Eat fish to supply methionine to bind and escort toxins out of your body. However, avoid fish with high levels of PCB’s. A shopping card is available to download here:
Eat beetroot to help promote the flow of bile, helping to remove toxins from the body. Beetroot is also beneficial if you have overindulged in fatty, rich foods as bile is needed to emulsify fat.
Flavour meals with herbs and spices including anise, caraway, celery seed, coriander, cumin, dill, fennel, parsley and mint. These herbs and spices support glutathione transferase enzymes which are an essential part of phase II detoxification.
Protect your liver from free radical damage, reduce inflammation and enhance digestion with ginger and tumeric. These are great added to warming curries and soups.
Choose organic food where possible to avoid your exposure to toxic pesticides, fungicides and insecticides. Many supermarkets now sell a range of organic produce and sometimes they are not that much more expensive.
The Environmental Working Group (EWG) found that the “dirty dozen” for 2014 are apples, strawberries, grapes, celery, peaches, spinach, sweet bell peppers, imported nectarines, cucumbers, cherry tomatoes, imported snap peas and potatoes. These are the fruit and vegetables with multiple and high levels of pesticides.
The EWG found that the fruit and vegetables with lower pesticide residues are avocados, sweet corn, pineapples, cabbage, frozen sweet peas, onions, asparagus, mangoes, papayas, kiwis, aubergine, grapefruit, cantaloupe, cauliflower and sweet potatoes.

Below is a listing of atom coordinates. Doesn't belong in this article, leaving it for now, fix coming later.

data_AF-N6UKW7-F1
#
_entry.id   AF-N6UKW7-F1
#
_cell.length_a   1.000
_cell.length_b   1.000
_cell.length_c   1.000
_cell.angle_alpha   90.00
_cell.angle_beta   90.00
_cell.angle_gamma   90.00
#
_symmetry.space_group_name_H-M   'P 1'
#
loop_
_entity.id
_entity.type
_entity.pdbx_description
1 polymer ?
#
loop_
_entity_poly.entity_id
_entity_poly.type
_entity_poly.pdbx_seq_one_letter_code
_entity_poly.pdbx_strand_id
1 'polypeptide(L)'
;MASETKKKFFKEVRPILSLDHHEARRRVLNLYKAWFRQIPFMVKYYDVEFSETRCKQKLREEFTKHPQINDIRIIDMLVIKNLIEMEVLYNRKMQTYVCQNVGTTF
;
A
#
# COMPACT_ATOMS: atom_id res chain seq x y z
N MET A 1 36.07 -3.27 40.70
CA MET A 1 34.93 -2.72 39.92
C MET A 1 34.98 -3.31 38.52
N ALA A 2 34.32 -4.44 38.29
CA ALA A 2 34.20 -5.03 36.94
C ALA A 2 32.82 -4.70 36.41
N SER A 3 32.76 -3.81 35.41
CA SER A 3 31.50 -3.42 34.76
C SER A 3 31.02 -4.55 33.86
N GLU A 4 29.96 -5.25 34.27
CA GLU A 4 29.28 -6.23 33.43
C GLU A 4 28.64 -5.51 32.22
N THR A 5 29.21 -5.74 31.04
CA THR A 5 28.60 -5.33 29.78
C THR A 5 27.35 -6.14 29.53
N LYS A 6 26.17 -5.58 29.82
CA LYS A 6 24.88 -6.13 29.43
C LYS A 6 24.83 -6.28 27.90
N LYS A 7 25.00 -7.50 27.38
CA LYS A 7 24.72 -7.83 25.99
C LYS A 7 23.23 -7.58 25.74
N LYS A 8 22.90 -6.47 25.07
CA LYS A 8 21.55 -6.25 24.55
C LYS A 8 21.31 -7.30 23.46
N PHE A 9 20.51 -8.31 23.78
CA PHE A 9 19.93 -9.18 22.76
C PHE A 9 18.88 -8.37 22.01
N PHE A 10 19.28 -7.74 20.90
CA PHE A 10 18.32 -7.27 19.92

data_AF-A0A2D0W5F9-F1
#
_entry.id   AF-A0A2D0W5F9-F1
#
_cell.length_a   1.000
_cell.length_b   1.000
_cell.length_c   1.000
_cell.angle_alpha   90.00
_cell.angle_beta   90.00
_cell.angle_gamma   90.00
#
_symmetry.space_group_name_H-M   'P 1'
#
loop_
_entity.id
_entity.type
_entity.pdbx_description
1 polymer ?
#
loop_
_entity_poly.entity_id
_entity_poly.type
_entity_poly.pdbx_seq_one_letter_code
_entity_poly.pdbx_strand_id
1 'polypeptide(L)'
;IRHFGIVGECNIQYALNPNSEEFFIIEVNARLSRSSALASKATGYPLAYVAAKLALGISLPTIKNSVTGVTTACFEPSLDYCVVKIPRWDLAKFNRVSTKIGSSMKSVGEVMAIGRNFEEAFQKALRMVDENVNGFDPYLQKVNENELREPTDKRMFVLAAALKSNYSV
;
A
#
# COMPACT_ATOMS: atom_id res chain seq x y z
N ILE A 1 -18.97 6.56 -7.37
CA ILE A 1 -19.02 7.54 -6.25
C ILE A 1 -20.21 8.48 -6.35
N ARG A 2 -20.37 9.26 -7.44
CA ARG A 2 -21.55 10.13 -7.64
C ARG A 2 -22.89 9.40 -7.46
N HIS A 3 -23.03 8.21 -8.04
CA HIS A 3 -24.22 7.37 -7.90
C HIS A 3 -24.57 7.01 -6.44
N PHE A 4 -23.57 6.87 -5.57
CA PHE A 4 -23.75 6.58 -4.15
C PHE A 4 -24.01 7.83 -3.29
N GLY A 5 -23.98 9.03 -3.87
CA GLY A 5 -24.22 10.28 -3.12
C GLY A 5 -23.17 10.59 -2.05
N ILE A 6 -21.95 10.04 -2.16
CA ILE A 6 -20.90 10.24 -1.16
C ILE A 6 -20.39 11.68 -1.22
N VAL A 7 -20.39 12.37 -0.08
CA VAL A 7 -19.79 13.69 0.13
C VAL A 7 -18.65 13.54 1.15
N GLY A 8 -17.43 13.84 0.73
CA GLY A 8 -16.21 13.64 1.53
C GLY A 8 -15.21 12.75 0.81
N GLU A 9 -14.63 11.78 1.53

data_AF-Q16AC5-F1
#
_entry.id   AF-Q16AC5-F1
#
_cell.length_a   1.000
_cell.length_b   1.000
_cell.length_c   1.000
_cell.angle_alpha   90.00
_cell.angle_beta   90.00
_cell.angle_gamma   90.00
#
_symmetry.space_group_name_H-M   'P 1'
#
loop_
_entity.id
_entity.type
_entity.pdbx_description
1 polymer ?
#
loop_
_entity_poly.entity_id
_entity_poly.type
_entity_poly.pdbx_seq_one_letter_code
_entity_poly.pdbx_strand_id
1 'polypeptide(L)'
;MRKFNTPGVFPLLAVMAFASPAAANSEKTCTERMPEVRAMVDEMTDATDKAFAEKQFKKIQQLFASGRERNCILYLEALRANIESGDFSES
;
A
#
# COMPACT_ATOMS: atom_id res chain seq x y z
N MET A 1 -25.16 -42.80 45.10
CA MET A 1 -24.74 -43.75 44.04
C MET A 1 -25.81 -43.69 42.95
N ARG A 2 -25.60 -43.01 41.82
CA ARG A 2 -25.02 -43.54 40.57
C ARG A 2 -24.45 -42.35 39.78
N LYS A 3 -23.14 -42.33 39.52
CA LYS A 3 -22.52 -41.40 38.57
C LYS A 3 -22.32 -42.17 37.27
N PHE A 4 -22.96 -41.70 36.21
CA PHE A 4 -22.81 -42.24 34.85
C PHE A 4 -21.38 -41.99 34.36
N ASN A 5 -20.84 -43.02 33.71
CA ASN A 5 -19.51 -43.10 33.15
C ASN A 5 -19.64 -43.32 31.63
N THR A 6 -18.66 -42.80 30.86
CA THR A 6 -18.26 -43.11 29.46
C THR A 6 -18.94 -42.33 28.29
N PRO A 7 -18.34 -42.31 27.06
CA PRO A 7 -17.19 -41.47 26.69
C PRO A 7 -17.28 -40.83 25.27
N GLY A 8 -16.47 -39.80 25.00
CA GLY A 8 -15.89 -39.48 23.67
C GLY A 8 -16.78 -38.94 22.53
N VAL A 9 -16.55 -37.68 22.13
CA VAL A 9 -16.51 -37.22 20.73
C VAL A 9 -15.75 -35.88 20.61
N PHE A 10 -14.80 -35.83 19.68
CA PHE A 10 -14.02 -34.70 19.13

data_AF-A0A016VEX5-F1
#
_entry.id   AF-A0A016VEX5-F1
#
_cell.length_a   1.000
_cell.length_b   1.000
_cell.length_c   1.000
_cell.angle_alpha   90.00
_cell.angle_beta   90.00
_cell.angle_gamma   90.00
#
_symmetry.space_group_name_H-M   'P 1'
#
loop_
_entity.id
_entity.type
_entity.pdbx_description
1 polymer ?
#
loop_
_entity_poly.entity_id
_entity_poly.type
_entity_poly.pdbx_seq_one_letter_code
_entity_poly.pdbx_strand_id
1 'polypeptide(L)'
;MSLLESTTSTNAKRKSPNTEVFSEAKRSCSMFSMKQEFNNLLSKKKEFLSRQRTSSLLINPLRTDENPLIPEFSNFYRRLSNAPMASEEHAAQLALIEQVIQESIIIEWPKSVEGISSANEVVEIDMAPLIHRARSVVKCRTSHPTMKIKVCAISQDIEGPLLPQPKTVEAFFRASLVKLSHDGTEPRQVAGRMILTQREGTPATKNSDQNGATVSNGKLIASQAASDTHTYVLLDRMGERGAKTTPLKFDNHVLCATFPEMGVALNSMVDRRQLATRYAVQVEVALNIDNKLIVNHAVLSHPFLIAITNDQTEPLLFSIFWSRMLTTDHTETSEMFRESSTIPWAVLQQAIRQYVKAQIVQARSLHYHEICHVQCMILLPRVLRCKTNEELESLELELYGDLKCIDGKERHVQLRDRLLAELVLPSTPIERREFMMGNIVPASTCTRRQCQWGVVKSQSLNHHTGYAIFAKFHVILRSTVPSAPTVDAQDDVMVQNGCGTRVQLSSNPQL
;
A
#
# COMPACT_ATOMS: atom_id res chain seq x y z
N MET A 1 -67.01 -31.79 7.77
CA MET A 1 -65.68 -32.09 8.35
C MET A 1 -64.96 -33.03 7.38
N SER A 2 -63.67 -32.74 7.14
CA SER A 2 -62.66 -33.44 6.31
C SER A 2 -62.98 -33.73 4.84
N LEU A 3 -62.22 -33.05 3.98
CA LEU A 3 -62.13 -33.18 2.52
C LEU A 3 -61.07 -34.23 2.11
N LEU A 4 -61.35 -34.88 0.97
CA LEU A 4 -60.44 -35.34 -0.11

Stay hydrated to help flush toxins out of the body by drinking plenty of water, coconut water and cleansing herbal teas especially dandelion, nettle, burdock. Green tea is also excellent as its powerful antioxidants help to mop up free radical damage.
Replace plastic water bottles with an eco flask such as Klean Kanteen.
Exercise to stimulate your lymph and blood circulation helping to remove toxins from all your cells. Toxins are also excreted from the body when we sweat. Ideally find exercise that you enjoy for the added emotional high.
Meditate or do guided visualisation to give your mind and spirit a detox. I personally like track 1 of Brian Weiss Mirrors of Time visualisation CD but there are lots to choose from or take up a class.
Switch to natural non toxic skincare and cosmetics. My favourites are Neals’ Yard and Green People. Not only are these products natural and eco friendly but they smell gorgeous and their effects are far superior to the toxic products that I used years ago.
Relax in a Epsom salt bath – the magnesium and sulphate in Epsom salts can be absorbed through the skin helping to stimulate the excretion of toxins whilst also leaving you feeling relaxed. Add a mug full of Epsom salts to a hot bath and have a good soak for 20 minutes. Ideally shower afterwards to wash away the toxins.
Note: very hot baths are not recommended if you suffer from high blood pressure.
This blog is for information and it not intended to replace medical care.
Further information and references:
EWG’s Shoppers Guide
Biochemical Imbalances in Disease by Lorraine Nicolle and Ann Woodriff Beirne